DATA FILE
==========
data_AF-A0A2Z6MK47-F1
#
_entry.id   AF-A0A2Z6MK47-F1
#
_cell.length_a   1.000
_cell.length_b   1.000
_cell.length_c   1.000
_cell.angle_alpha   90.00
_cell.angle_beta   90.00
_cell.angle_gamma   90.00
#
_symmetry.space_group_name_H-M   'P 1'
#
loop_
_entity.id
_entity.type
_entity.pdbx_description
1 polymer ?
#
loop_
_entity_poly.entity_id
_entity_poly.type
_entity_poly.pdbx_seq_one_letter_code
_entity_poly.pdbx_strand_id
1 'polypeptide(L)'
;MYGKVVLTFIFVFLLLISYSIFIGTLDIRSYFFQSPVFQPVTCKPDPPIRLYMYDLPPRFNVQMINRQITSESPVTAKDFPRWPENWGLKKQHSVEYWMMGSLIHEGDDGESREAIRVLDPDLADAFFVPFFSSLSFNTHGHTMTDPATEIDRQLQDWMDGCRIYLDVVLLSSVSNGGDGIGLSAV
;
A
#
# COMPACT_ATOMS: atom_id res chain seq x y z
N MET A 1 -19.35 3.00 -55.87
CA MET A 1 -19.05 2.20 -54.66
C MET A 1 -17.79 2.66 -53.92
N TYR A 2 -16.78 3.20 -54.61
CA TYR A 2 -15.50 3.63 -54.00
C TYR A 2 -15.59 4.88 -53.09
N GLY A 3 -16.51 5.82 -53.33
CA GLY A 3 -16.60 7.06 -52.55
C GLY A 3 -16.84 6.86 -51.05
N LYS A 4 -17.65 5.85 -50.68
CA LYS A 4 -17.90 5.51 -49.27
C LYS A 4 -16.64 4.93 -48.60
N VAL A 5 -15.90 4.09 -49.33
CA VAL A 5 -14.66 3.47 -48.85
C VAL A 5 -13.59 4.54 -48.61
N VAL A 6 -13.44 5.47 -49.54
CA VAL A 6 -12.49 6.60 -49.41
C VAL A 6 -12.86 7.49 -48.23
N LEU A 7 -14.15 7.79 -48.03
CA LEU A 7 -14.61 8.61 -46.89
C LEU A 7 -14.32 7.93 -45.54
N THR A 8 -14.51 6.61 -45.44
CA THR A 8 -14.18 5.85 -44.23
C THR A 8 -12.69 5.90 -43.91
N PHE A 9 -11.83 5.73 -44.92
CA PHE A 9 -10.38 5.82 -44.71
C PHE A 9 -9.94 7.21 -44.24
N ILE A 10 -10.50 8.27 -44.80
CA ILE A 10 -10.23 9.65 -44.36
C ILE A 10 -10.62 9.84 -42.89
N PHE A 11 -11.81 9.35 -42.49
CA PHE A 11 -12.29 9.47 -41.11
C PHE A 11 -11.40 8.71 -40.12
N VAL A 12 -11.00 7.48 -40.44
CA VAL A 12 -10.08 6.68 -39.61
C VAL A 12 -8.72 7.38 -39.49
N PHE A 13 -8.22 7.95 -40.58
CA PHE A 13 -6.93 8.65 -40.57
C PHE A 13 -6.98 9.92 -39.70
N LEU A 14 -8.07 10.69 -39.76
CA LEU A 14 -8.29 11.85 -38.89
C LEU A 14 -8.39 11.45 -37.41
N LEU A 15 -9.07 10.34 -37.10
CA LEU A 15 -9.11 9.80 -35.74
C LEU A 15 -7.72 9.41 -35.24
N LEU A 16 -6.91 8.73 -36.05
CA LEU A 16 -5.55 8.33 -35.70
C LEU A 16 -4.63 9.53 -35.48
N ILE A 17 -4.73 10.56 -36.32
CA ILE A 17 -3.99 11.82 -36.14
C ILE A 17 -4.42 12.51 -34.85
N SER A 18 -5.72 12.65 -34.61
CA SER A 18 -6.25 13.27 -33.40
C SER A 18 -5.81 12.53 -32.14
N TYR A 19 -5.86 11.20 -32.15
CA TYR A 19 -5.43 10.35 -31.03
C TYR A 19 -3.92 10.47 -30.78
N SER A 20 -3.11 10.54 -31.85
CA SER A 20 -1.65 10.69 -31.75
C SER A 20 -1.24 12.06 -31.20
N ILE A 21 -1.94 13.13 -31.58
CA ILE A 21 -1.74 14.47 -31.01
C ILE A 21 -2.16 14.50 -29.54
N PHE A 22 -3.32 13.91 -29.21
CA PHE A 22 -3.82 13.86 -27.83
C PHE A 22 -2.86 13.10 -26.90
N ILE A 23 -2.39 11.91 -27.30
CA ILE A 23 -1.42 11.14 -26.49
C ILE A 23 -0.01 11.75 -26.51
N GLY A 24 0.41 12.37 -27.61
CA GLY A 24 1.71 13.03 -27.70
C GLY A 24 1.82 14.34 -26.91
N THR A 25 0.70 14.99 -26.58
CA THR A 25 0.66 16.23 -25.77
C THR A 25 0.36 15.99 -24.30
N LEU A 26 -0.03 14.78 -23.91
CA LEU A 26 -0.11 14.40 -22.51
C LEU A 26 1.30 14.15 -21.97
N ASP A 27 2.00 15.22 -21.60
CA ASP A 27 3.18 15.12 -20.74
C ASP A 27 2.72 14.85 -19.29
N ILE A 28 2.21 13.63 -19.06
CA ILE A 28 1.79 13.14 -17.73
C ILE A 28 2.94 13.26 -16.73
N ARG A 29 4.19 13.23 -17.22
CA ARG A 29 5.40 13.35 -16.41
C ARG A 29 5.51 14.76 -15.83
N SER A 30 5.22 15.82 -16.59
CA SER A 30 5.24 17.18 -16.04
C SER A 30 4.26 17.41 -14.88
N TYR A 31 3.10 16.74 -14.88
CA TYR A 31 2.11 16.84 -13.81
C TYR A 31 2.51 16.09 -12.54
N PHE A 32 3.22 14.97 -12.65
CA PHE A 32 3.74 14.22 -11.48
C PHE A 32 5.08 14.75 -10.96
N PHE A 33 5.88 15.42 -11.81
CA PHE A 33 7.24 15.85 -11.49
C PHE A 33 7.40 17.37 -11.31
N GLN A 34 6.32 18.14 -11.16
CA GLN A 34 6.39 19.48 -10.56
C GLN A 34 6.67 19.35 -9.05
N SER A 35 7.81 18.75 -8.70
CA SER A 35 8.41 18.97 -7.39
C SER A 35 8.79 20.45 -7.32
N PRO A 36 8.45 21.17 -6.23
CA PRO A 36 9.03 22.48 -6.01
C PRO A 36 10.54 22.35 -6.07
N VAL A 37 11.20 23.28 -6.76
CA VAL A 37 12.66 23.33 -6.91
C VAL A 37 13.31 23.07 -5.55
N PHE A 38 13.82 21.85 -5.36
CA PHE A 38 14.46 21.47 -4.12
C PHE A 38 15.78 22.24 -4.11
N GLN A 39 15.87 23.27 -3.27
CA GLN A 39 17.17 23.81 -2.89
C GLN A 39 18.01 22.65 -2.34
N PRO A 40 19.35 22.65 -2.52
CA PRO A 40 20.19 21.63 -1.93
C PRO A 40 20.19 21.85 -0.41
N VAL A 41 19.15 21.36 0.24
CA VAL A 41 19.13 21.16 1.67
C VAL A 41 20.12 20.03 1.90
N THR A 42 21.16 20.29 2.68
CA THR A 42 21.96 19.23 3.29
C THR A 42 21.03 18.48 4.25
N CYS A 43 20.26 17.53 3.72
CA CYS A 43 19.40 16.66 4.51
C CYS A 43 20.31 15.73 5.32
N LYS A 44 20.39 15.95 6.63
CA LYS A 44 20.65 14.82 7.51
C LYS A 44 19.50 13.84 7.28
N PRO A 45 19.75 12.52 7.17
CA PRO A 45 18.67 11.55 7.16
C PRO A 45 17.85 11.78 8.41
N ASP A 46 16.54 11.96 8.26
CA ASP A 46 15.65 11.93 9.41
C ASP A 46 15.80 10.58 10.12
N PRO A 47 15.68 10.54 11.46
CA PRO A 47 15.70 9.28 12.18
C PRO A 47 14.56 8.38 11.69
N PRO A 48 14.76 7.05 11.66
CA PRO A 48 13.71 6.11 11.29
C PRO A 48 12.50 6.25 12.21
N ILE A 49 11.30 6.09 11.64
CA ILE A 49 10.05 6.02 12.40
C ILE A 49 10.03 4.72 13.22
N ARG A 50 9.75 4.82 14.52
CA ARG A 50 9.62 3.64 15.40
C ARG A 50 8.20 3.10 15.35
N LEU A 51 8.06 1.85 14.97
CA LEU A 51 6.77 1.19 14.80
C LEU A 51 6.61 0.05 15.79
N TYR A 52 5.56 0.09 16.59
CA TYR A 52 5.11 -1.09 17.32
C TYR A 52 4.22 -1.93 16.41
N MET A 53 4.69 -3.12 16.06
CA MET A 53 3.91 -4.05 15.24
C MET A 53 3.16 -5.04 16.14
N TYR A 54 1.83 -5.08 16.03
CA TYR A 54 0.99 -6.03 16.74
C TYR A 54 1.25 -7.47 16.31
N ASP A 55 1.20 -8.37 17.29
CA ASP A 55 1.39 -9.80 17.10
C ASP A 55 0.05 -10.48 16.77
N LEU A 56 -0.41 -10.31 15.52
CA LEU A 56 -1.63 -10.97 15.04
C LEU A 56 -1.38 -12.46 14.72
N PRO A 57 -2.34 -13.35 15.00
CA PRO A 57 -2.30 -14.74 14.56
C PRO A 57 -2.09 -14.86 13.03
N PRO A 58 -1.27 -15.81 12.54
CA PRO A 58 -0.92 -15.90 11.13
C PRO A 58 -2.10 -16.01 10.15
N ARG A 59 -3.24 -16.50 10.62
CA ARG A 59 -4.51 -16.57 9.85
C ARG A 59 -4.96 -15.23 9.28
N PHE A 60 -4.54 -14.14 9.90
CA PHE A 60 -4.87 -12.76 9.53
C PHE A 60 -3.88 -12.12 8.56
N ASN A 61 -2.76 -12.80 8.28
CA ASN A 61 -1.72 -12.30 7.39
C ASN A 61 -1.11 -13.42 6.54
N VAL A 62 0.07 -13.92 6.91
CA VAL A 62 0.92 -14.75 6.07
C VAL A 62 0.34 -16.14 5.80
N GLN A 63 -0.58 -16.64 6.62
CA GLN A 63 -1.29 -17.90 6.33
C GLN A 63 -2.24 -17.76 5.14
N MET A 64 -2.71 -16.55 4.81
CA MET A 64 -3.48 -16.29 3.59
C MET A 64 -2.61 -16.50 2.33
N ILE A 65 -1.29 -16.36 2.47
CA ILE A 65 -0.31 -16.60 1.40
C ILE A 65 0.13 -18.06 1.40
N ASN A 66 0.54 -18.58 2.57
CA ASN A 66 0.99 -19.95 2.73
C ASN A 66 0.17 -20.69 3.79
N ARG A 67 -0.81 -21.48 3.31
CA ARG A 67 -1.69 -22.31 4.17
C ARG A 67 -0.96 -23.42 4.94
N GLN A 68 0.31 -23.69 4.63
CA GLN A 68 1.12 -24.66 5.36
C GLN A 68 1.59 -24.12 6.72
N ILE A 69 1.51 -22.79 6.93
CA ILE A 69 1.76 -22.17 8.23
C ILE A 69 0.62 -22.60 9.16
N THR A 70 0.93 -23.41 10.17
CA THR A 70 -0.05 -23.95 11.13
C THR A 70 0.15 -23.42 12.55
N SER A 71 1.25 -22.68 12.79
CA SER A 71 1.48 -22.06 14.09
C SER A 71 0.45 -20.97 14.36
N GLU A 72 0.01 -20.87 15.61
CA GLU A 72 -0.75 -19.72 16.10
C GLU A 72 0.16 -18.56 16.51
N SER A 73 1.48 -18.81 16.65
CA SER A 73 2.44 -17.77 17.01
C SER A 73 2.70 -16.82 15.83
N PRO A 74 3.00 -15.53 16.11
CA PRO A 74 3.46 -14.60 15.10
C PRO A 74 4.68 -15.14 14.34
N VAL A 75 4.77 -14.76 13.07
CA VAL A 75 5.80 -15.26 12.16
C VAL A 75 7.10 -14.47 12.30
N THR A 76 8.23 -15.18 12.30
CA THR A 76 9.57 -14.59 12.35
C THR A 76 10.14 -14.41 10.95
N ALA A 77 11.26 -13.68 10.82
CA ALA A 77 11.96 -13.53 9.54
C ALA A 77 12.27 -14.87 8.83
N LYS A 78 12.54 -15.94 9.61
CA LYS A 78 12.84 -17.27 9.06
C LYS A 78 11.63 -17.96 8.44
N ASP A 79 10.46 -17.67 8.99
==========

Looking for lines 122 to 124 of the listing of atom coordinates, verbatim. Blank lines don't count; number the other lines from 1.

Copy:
CA TYR A 31 2.11 16.84 -13.81
C TYR A 31 2.51 16.09 -12.54
N PHE A 32 3.22 14.97 -12.65